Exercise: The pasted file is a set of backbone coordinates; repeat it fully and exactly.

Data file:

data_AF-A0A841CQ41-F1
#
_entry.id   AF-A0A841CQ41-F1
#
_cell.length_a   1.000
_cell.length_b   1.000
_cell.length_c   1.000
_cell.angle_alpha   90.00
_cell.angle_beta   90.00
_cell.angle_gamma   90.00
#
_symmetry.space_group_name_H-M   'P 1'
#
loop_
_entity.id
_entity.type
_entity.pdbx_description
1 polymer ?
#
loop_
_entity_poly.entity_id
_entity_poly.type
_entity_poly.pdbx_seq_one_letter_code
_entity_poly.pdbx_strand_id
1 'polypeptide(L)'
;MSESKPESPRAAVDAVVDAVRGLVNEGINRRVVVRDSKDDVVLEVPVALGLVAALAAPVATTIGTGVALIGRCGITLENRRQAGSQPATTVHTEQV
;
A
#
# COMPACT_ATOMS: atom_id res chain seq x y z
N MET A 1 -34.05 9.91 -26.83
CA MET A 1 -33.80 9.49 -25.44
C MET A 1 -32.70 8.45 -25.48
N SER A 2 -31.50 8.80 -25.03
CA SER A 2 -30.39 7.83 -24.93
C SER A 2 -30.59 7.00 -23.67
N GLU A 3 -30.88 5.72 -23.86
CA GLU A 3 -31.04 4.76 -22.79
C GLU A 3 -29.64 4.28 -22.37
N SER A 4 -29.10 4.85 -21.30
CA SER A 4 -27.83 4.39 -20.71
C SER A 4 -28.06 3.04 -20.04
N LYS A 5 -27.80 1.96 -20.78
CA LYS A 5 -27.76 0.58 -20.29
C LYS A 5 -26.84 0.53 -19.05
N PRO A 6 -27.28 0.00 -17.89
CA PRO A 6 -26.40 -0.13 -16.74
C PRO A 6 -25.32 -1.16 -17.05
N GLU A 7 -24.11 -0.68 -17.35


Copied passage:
data_AF-A0A841CQ41-F1
#
_entry.id   AF-A0A841CQ41-F1
#
_cell.length_a   1.000
_cell.length_b   1.000
_cell.length_c   1.000
_cell.angle_alpha   90.00
_cell.angle_beta   90.00
_cell.angle_gamma   90.00
#
_symmetry.space_group_name_H-M   'P 1'
#
loop_
_entity.id
_entity.type
_entity.pdbx_description
1 polymer ?
#
loop_
_entity_poly.entity_id
_entity_poly.type
_entity_poly.pdbx_seq_one_letter_code
_entity_poly.pdbx_strand_id
1 'polypeptide(L)'
;MSESKPESPRAAVDAVVDAVRGLVNEGINRRVVVRDSKDDVVLEVPVALGLVAALAAPVATTIGTGVALIGRCGITLENRRQAGSQPATTVHTEQV
;
A
#
# COMPACT_ATOMS: atom_id res chain seq x y z
N MET A 1 -34.05 9.91 -26.83
CA MET A 1 -33.80 9.49 -25.44
C MET A 1 -32.70 8.45 -25.48
N SER A 2 -31.50 8.80 -25.03
CA SER A 2 -30.39 7.83 -24.93
C SER A 2 -30.59 7.00 -23.67
N GLU A 3 -30.88 5.72 -23.86
CA GLU A 3 -31.04 4.76 -22.79
C GLU A 3 -29.64 4.28 -22.37
N SER A 4 -29.10 4.85 -21.30
CA SER A 4 -27.83 4.39 -20.71
C SER A 4 -28.06 3.04 -20.04
N LYS A 5 -27.80 1.96 -20.78
CA LYS A 5 -27.76 0.58 -20.29
C LYS A 5 -26.84 0.53 -19.05
N PRO A 6 -27.28 0.00 -17.89
CA PRO A 6 -26.40 -0.13 -16.74
C PRO A 6 -25.32 -1.16 -17.05
N GLU A 7 -24.11 -0.68 -17.35